'SA ready to host Commonwealth Games despite budget concerns'
Sports Director-General Alec Moemi says several plans are in place to tackle potential shortfalls in the R4.6 billion budget to host the event.
JOHANNESBURG – Sport and Recreation’s Director-General Alec Moemi says the country is ready to host the 2022 Commonwealth Games despite concerns over budget.
Inspectors are in the country to evaluate its readiness.
In 2015 Durban was awarded the right to stage the Games in 2015 as the only remaining bidder, but last week concerns were raised around the funding of the event when Sports Minister Fikile Mbalula admitted the government could not agree with the Commonwealth Games Federation (CGF) on the operational budget.
The current budget allocated for the games stands at R4.6 billion.
While there are concerns that this may not be enough, Moemi says several plans are already in place.
“Our Minister of Finance has guaranteed that should the R4.6 billion run out, we’ll only add 18% of the originally planned budget.”
South African Sports Confederation and Olympic Committee (Sascoc) Tubby Reddy believes the bid committee has met the requirements of the CGF, who will make a final decision on Durban’s hosting at a meeting on 10 March.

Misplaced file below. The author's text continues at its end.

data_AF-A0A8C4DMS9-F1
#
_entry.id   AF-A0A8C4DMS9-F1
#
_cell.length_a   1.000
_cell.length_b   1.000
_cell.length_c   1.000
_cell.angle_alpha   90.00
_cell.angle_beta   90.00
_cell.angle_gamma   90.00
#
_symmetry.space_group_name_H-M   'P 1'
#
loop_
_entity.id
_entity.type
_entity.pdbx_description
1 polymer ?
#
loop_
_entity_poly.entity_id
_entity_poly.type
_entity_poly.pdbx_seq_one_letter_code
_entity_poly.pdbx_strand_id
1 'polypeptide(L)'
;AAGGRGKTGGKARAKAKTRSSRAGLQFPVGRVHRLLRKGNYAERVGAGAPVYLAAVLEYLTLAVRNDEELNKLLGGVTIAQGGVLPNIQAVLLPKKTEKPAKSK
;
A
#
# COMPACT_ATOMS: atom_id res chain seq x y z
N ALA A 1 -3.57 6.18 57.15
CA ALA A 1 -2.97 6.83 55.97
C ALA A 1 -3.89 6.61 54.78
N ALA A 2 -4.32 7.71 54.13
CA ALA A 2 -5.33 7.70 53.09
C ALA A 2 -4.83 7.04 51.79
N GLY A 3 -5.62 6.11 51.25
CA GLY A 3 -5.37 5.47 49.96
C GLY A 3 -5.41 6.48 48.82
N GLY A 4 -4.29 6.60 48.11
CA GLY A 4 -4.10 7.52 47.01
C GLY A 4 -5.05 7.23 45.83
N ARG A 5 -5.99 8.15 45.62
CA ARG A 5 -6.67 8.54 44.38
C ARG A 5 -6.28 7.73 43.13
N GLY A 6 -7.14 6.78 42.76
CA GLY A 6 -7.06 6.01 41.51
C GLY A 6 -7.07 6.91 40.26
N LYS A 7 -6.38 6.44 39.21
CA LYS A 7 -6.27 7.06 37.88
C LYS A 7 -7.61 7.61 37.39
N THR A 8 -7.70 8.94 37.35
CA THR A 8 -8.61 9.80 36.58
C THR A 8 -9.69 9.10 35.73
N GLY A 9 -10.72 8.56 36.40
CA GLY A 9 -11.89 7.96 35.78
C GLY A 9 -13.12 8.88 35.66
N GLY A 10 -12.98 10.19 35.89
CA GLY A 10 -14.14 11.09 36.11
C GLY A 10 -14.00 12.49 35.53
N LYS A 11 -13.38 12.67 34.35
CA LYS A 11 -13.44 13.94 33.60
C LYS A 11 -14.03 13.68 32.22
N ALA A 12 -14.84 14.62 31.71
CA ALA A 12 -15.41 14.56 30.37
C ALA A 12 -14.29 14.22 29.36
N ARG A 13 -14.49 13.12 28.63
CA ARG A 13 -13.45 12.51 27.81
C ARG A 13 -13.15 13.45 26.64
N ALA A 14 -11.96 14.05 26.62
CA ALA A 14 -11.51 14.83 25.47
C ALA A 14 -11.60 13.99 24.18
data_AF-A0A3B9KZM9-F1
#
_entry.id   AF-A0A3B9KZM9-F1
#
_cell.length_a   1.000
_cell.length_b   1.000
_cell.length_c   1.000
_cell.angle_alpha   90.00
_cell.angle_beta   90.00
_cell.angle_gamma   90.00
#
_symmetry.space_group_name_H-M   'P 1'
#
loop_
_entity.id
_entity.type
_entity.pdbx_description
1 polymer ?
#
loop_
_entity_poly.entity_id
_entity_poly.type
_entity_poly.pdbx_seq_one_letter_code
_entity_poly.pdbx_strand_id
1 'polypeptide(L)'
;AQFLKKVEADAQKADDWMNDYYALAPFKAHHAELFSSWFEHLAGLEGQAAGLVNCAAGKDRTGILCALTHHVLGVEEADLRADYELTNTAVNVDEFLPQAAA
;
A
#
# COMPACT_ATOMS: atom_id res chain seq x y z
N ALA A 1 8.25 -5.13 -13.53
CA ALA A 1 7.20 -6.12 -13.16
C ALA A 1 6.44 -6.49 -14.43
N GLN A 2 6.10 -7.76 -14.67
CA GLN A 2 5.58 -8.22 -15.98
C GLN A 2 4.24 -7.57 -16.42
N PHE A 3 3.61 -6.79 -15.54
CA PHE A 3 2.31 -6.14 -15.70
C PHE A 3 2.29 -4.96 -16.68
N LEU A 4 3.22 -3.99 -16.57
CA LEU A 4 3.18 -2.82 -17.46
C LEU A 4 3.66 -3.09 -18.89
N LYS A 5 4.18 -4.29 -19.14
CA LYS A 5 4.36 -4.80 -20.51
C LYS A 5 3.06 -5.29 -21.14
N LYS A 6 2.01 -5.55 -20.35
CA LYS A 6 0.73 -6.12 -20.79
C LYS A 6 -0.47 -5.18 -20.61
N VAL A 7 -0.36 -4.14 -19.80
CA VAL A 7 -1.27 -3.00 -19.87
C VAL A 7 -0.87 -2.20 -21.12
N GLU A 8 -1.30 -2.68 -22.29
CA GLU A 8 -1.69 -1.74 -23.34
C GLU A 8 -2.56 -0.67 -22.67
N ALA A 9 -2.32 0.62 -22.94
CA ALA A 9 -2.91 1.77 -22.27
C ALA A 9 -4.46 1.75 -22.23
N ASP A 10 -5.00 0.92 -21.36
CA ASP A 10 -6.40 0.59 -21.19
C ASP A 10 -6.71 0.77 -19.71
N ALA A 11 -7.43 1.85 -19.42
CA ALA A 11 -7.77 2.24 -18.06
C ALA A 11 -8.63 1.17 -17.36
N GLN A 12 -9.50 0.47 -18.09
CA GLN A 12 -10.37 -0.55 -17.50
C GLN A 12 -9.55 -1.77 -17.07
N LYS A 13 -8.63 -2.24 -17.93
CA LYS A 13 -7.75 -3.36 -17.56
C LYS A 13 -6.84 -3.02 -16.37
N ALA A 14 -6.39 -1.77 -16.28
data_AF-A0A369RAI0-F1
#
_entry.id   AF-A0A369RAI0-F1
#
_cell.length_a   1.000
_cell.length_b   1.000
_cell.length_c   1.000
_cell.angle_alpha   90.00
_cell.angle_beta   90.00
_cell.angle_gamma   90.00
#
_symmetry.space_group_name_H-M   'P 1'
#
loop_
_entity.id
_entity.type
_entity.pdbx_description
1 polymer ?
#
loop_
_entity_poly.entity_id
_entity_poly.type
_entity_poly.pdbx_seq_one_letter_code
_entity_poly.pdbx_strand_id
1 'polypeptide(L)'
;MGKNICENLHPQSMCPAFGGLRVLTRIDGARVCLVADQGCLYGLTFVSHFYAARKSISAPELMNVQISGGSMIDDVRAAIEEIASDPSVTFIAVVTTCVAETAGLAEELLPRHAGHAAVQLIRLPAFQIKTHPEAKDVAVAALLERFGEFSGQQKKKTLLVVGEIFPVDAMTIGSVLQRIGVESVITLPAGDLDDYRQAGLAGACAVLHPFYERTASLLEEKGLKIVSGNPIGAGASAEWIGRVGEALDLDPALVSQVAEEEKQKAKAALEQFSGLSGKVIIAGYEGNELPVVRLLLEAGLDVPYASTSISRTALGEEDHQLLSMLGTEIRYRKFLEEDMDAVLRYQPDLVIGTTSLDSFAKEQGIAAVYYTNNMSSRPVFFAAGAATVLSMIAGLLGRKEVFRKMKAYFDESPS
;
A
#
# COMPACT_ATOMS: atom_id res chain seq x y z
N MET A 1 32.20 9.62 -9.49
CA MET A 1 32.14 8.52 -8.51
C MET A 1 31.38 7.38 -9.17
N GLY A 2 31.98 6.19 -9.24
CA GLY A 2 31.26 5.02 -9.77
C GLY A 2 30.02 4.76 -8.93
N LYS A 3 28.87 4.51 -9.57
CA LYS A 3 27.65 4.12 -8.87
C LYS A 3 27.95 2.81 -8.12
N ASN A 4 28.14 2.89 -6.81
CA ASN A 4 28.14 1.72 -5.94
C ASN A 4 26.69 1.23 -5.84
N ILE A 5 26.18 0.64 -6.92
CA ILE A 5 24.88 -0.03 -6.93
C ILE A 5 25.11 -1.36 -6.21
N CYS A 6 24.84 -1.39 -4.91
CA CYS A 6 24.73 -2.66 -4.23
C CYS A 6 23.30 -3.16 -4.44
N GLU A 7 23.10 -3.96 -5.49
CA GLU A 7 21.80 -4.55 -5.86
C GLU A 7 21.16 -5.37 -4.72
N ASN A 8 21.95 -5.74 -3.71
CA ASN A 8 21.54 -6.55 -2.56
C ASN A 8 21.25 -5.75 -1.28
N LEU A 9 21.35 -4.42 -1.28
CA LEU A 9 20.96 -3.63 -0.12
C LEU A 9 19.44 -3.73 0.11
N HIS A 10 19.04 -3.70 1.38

“I am satisfied in my mind that we have done enough to keep the Games,” Reddy said in a telephonic interview.
“We were asked to submit outstanding documentation by 30 November, which we did, and in my mind we have given the CGF everything they have asked for.
“It is now up to them to decide the way forward at their March 10 meeting.”
Should the Games go ahead, the track and field events will be staged at the Moses Mabhida Stadium that was built ahead of the 2010 Soccer World Cup with thoughts of a Commonwealth Games and, ultimately, Olympic Games bid in mind.
Reddy admitted that in a country with high levels of poverty and communities in desperate need of basic services, the decision by government to fund the Games was a “difficult one”.
“The arguments can be made for the benefits the Games would bring in terms of tourism and adding to the country’s GDP, which can be significant,” he added.
“Sports events have in the past proven an avenue for a country to raise revenue.
“But the other side is the question of do you spend this money on sports event when there are so many other issues in relation to housing, education, sanitation, and so on. It’s a difficult one, some feel it is justified, others not.”
(Edited by Leeto M Khoza)